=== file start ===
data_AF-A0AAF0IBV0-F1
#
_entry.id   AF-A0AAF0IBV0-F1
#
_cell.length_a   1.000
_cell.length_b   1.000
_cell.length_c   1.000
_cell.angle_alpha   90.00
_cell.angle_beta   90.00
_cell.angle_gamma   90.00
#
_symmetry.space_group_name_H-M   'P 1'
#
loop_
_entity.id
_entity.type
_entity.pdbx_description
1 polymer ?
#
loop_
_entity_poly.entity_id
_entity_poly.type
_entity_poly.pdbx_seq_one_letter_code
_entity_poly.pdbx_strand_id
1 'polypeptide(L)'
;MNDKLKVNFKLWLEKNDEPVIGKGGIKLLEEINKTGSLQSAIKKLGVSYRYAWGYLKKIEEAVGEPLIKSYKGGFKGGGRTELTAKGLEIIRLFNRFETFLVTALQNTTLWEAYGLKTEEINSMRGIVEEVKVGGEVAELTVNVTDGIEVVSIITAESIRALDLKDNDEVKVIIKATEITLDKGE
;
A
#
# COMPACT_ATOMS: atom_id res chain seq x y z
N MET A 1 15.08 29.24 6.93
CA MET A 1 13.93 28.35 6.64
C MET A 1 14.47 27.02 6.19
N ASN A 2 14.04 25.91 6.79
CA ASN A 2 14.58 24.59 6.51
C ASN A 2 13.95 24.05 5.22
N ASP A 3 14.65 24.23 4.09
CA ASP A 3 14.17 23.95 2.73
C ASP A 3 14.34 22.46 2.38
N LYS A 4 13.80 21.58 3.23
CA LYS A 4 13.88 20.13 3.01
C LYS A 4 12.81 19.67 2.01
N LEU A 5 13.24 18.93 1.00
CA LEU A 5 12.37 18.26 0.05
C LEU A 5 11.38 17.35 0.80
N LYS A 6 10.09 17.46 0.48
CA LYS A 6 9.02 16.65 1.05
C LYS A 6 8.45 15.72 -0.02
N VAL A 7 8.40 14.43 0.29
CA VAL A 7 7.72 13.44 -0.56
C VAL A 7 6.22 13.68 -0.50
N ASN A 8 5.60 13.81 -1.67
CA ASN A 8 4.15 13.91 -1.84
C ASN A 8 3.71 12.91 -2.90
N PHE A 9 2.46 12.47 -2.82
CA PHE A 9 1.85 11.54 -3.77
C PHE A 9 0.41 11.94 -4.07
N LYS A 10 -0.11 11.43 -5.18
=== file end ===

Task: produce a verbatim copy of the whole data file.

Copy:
data_AF-A0AAF0IBV0-F1
#
_entry.id   AF-A0AAF0IBV0-F1
#
_cell.length_a   1.000
_cell.length_b   1.000
_cell.length_c   1.000
_cell.angle_alpha   90.00
_cell.angle_beta   90.00
_cell.angle_gamma   90.00
#
_symmetry.space_group_name_H-M   'P 1'
#
loop_
_entity.id
_entity.type
_entity.pdbx_description
1 polymer ?
#
loop_
_entity_poly.entity_id
_entity_poly.type
_entity_poly.pdbx_seq_one_letter_code
_entity_poly.pdbx_strand_id
1 'polypeptide(L)'
;MNDKLKVNFKLWLEKNDEPVIGKGGIKLLEEINKTGSLQSAIKKLGVSYRYAWGYLKKIEEAVGEPLIKSYKGGFKGGGRTELTAKGLEIIRLFNRFETFLVTALQNTTLWEAYGLKTEEINSMRGIVEEVKVGGEVAELTVNVTDGIEVVSIITAESIRALDLKDNDEVKVIIKATEITLDKGE
;
A
#
# COMPACT_ATOMS: atom_id res chain seq x y z
N MET A 1 15.08 29.24 6.93
CA MET A 1 13.93 28.35 6.64
C MET A 1 14.47 27.02 6.19
N ASN A 2 14.04 25.91 6.79
CA ASN A 2 14.58 24.59 6.51
C ASN A 2 13.95 24.05 5.22
N ASP A 3 14.65 24.23 4.09
CA ASP A 3 14.17 23.95 2.73
C ASP A 3 14.34 22.46 2.38
N LYS A 4 13.80 21.58 3.23
CA LYS A 4 13.88 20.13 3.01
C LYS A 4 12.81 19.67 2.01
N LEU A 5 13.24 18.93 1.00
CA LEU A 5 12.37 18.26 0.05
C LEU A 5 11.38 17.35 0.80
N LYS A 6 10.09 17.46 0.48
CA LYS A 6 9.02 16.65 1.05
C LYS A 6 8.45 15.72 -0.02
N VAL A 7 8.40 14.43 0.29
CA VAL A 7 7.72 13.44 -0.56
C VAL A 7 6.22 13.68 -0.50
N ASN A 8 5.60 13.81 -1.67
CA ASN A 8 4.15 13.91 -1.84
C ASN A 8 3.71 12.91 -2.90
N PHE A 9 2.46 12.47 -2.82
CA PHE A 9 1.85 11.54 -3.77
C PHE A 9 0.41 11.94 -4.07
N LYS A 10 -0.11 11.43 -5.18